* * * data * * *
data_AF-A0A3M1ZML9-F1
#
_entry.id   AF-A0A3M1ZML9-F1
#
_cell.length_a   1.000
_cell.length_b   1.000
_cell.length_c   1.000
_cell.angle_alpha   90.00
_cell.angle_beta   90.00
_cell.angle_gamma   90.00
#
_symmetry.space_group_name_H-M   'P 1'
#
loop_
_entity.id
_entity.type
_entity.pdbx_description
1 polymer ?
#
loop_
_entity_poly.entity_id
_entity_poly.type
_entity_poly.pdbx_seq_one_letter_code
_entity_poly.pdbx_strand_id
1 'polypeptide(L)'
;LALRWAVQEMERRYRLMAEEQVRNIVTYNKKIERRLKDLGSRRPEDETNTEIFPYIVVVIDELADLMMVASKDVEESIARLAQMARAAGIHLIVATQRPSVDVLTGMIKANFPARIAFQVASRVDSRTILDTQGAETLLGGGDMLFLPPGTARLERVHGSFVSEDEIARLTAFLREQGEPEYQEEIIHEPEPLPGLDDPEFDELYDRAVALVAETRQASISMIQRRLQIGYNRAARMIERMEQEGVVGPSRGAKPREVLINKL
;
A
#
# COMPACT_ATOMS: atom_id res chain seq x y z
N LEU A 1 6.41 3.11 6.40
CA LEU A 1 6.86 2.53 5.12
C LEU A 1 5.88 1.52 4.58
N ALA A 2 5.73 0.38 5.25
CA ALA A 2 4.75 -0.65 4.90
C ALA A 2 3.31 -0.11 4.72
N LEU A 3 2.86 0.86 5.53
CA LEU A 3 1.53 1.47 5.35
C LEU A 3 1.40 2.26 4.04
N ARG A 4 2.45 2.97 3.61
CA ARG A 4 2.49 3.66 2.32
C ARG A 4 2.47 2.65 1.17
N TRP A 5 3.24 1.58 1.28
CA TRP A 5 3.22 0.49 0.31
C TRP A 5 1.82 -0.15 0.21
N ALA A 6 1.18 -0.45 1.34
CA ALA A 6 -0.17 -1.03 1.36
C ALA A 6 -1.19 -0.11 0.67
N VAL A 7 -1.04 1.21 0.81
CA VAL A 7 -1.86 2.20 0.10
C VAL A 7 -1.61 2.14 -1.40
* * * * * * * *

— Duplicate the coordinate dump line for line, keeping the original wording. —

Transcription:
data_AF-A0A3M1ZML9-F1
#
_entry.id   AF-A0A3M1ZML9-F1
#
_cell.length_a   1.000
_cell.length_b   1.000
_cell.length_c   1.000
_cell.angle_alpha   90.00
_cell.angle_beta   90.00
_cell.angle_gamma   90.00
#
_symmetry.space_group_name_H-M   'P 1'
#
loop_
_entity.id
_entity.type
_entity.pdbx_description
1 polymer ?
#
loop_
_entity_poly.entity_id
_entity_poly.type
_entity_poly.pdbx_seq_one_letter_code
_entity_poly.pdbx_strand_id
1 'polypeptide(L)'
;LALRWAVQEMERRYRLMAEEQVRNIVTYNKKIERRLKDLGSRRPEDETNTEIFPYIVVVIDELADLMMVASKDVEESIARLAQMARAAGIHLIVATQRPSVDVLTGMIKANFPARIAFQVASRVDSRTILDTQGAETLLGGGDMLFLPPGTARLERVHGSFVSEDEIARLTAFLREQGEPEYQEEIIHEPEPLPGLDDPEFDELYDRAVALVAETRQASISMIQRRLQIGYNRAARMIERMEQEGVVGPSRGAKPREVLINKL
;
A
#
# COMPACT_ATOMS: atom_id res chain seq x y z
N LEU A 1 6.41 3.11 6.40
CA LEU A 1 6.86 2.53 5.12
C LEU A 1 5.88 1.52 4.58
N ALA A 2 5.73 0.38 5.25
CA ALA A 2 4.75 -0.65 4.90
C ALA A 2 3.31 -0.11 4.72
N LEU A 3 2.86 0.86 5.53
CA LEU A 3 1.53 1.47 5.35
C LEU A 3 1.40 2.26 4.04
N ARG A 4 2.45 2.97 3.61
CA ARG A 4 2.49 3.66 2.32
C ARG A 4 2.47 2.65 1.17
N TRP A 5 3.24 1.58 1.28
CA TRP A 5 3.22 0.49 0.31
C TRP A 5 1.82 -0.15 0.21
N ALA A 6 1.18 -0.45 1.34
CA ALA A 6 -0.17 -1.03 1.36
C ALA A 6 -1.19 -0.11 0.67
N VAL A 7 -1.04 1.21 0.81
CA VAL A 7 -1.86 2.20 0.10
C VAL A 7 -1.61 2.14 -1.40